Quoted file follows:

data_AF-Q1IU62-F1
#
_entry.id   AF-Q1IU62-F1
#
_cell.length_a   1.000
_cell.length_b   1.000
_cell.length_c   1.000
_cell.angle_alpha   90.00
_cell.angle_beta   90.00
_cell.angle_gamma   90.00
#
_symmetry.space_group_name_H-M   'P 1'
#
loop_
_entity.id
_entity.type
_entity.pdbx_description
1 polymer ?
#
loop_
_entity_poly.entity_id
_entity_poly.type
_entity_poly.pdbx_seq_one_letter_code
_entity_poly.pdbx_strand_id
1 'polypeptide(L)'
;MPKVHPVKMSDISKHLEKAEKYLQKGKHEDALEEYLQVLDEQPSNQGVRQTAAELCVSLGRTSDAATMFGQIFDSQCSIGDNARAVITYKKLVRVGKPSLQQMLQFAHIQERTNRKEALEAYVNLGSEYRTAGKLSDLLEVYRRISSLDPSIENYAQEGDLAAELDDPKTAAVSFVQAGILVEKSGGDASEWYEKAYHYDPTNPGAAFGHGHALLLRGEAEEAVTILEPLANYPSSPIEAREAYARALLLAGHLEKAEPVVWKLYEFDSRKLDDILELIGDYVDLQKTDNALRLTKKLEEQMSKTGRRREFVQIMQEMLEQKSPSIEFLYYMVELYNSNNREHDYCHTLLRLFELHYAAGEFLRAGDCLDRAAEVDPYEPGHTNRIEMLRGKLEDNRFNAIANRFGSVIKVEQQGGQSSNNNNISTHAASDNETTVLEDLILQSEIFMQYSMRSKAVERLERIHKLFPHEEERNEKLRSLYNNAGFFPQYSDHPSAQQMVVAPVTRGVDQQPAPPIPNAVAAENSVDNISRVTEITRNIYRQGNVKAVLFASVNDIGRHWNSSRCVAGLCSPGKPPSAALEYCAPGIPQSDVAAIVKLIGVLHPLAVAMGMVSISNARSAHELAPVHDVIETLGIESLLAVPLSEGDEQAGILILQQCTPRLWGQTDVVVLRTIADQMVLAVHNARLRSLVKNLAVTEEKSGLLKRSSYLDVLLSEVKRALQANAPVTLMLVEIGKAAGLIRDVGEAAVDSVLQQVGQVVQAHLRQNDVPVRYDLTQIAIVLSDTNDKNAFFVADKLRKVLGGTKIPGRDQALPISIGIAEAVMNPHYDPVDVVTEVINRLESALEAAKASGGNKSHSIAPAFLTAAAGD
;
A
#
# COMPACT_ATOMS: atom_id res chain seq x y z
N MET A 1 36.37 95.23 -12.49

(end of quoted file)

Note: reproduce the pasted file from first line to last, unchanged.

data_AF-Q1IU62-F1
#
_entry.id   AF-Q1IU62-F1
#
_cell.length_a   1.000
_cell.length_b   1.000
_cell.length_c   1.000
_cell.angle_alpha   90.00
_cell.angle_beta   90.00
_cell.angle_gamma   90.00
#
_symmetry.space_group_name_H-M   'P 1'
#
loop_
_entity.id
_entity.type
_entity.pdbx_description
1 polymer ?
#
loop_
_entity_poly.entity_id
_entity_poly.type
_entity_poly.pdbx_seq_one_letter_code
_entity_poly.pdbx_strand_id
1 'polypeptide(L)'
;MPKVHPVKMSDISKHLEKAEKYLQKGKHEDALEEYLQVLDEQPSNQGVRQTAAELCVSLGRTSDAATMFGQIFDSQCSIGDNARAVITYKKLVRVGKPSLQQMLQFAHIQERTNRKEALEAYVNLGSEYRTAGKLSDLLEVYRRISSLDPSIENYAQEGDLAAELDDPKTAAVSFVQAGILVEKSGGDASEWYEKAYHYDPTNPGAAFGHGHALLLRGEAEEAVTILEPLANYPSSPIEAREAYARALLLAGHLEKAEPVVWKLYEFDSRKLDDILELIGDYVDLQKTDNALRLTKKLEEQMSKTGRRREFVQIMQEMLEQKSPSIEFLYYMVELYNSNNREHDYCHTLLRLFELHYAAGEFLRAGDCLDRAAEVDPYEPGHTNRIEMLRGKLEDNRFNAIANRFGSVIKVEQQGGQSSNNNNISTHAASDNETTVLEDLILQSEIFMQYSMRSKAVERLERIHKLFPHEEERNEKLRSLYNNAGFFPQYSDHPSAQQMVVAPVTRGVDQQPAPPIPNAVAAENSVDNISRVTEITRNIYRQGNVKAVLFASVNDIGRHWNSSRCVAGLCSPGKPPSAALEYCAPGIPQSDVAAIVKLIGVLHPLAVAMGMVSISNARSAHELAPVHDVIETLGIESLLAVPLSEGDEQAGILILQQCTPRLWGQTDVVVLRTIADQMVLAVHNARLRSLVKNLAVTEEKSGLLKRSSYLDVLLSEVKRALQANAPVTLMLVEIGKAAGLIRDVGEAAVDSVLQQVGQVVQAHLRQNDVPVRYDLTQIAIVLSDTNDKNAFFVADKLRKVLGGTKIPGRDQALPISIGIAEAVMNPHYDPVDVVTEVINRLESALEAAKASGGNKSHSIAPAFLTAAAGD
;
A
#
# COMPACT_ATOMS: atom_id res chain seq x y z
N MET A 1 36.37 95.23 -12.49